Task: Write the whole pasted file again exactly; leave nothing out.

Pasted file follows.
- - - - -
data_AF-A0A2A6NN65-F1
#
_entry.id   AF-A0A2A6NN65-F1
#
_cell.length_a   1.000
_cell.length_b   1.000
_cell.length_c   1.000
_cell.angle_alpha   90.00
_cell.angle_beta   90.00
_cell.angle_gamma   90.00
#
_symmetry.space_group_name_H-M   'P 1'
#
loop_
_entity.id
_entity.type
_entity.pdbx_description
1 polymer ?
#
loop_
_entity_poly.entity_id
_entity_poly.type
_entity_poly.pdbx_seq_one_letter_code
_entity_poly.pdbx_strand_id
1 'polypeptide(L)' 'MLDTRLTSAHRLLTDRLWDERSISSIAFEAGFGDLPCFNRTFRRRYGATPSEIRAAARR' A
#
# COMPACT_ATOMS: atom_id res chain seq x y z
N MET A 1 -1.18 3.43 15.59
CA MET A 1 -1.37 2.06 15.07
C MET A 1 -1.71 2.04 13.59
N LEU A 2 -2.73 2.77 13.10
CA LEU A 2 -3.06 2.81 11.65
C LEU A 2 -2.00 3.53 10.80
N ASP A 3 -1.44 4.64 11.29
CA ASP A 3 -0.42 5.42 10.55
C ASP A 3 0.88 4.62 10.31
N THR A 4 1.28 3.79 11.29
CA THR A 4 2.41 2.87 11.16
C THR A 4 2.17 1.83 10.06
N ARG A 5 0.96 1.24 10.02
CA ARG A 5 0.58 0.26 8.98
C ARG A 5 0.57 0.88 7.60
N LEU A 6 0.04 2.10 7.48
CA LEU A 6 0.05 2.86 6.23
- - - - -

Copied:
data_AF-A0A2A6NN65-F1
#
_entry.id   AF-A0A2A6NN65-F1
#
_cell.length_a   1.000
_cell.length_b   1.000
_cell.length_c   1.000
_cell.angle_alpha   90.00
_cell.angle_beta   90.00
_cell.angle_gamma   90.00
#
_symmetry.space_group_name_H-M   'P 1'
#
loop_
_entity.id
_entity.type
_entity.pdbx_description
1 polymer ?
#
loop_
_entity_poly.entity_id
_entity_poly.type
_entity_poly.pdbx_seq_one_letter_code
_entity_poly.pdbx_strand_id
1 'polypeptide(L)' 'MLDTRLTSAHRLLTDRLWDERSISSIAFEAGFGDLPCFNRTFRRRYGATPSEIRAAARR' A
#
# COMPACT_ATOMS: atom_id res chain seq x y z
N MET A 1 -1.18 3.43 15.59
CA MET A 1 -1.37 2.06 15.07
C MET A 1 -1.71 2.04 13.59
N LEU A 2 -2.73 2.77 13.10
CA LEU A 2 -3.06 2.81 11.65
C LEU A 2 -2.00 3.53 10.80
N ASP A 3 -1.44 4.64 11.29
CA ASP A 3 -0.42 5.42 10.55
C ASP A 3 0.88 4.62 10.31
N THR A 4 1.28 3.79 11.29
CA THR A 4 2.41 2.87 11.16
C THR A 4 2.17 1.83 10.06
N ARG A 5 0.96 1.24 10.02
CA ARG A 5 0.58 0.26 8.98
C ARG A 5 0.57 0.88 7.60
N LEU A 6 0.04 2.10 7.48
CA LEU A 6 0.05 2.86 6.23